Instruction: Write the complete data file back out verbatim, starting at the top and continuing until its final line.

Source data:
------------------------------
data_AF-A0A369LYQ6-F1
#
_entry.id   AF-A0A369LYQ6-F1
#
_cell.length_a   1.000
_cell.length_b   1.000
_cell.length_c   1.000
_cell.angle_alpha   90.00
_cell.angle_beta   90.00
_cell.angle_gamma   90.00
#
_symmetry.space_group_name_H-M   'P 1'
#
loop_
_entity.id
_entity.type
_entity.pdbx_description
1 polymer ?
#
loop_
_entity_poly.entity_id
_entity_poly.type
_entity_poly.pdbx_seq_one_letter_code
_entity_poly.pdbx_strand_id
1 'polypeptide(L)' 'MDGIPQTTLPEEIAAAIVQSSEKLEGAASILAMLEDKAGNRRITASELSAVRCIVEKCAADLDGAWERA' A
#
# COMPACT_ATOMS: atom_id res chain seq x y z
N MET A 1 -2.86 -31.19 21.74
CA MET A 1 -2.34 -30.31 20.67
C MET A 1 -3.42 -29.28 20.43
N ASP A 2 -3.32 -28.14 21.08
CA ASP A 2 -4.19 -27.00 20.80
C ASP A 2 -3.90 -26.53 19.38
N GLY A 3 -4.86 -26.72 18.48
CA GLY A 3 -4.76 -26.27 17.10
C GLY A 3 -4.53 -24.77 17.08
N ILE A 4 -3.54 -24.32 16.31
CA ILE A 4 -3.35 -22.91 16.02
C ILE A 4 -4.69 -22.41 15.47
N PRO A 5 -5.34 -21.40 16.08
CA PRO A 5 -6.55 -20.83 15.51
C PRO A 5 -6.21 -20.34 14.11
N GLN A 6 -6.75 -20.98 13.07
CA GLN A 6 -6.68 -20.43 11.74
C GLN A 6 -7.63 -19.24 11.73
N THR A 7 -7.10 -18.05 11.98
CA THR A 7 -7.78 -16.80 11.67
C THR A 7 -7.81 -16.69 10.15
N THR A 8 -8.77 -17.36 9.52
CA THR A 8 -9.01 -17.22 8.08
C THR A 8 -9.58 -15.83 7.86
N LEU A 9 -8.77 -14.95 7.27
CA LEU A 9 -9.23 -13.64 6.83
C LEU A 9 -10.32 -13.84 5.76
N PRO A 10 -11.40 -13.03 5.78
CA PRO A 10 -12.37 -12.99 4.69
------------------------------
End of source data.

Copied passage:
data_AF-A0A369LYQ6-F1
#
_entry.id   AF-A0A369LYQ6-F1
#
_cell.length_a   1.000
_cell.length_b   1.000
_cell.length_c   1.000
_cell.angle_alpha   90.00
_cell.angle_beta   90.00
_cell.angle_gamma   90.00
#
_symmetry.space_group_name_H-M   'P 1'
#
loop_
_entity.id
_entity.type
_entity.pdbx_description
1 polymer ?
#
loop_
_entity_poly.entity_id
_entity_poly.type
_entity_poly.pdbx_seq_one_letter_code
_entity_poly.pdbx_strand_id
1 'polypeptide(L)' 'MDGIPQTTLPEEIAAAIVQSSEKLEGAASILAMLEDKAGNRRITASELSAVRCIVEKCAADLDGAWERA' A
#
# COMPACT_ATOMS: atom_id res chain seq x y z
N MET A 1 -2.86 -31.19 21.74
CA MET A 1 -2.34 -30.31 20.67
C MET A 1 -3.42 -29.28 20.43
N ASP A 2 -3.32 -28.14 21.08
CA ASP A 2 -4.19 -27.00 20.80
C ASP A 2 -3.90 -26.53 19.38
N GLY A 3 -4.86 -26.72 18.48
CA GLY A 3 -4.76 -26.27 17.10
C GLY A 3 -4.53 -24.77 17.08
N ILE A 4 -3.54 -24.32 16.31
CA ILE A 4 -3.35 -22.91 16.02
C ILE A 4 -4.69 -22.41 15.47
N PRO A 5 -5.34 -21.40 16.08
CA PRO A 5 -6.55 -20.83 15.51
C PRO A 5 -6.21 -20.34 14.11
N GLN A 6 -6.75 -20.98 13.07
CA GLN A 6 -6.68 -20.43 11.74
C GLN A 6 -7.63 -19.24 11.73
N THR A 7 -7.10 -18.05 11.98
CA THR A 7 -7.78 -16.80 11.67
C THR A 7 -7.81 -16.69 10.15
N THR A 8 -8.77 -17.36 9.52
CA THR A 8 -9.01 -17.22 8.08
C THR A 8 -9.58 -15.83 7.86
N LEU A 9 -8.77 -14.95 7.27
CA LEU A 9 -9.23 -13.64 6.83
C LEU A 9 -10.32 -13.84 5.76
N PRO A 10 -11.40 -13.03 5.78
CA PRO A 10 -12.37 -12.99 4.69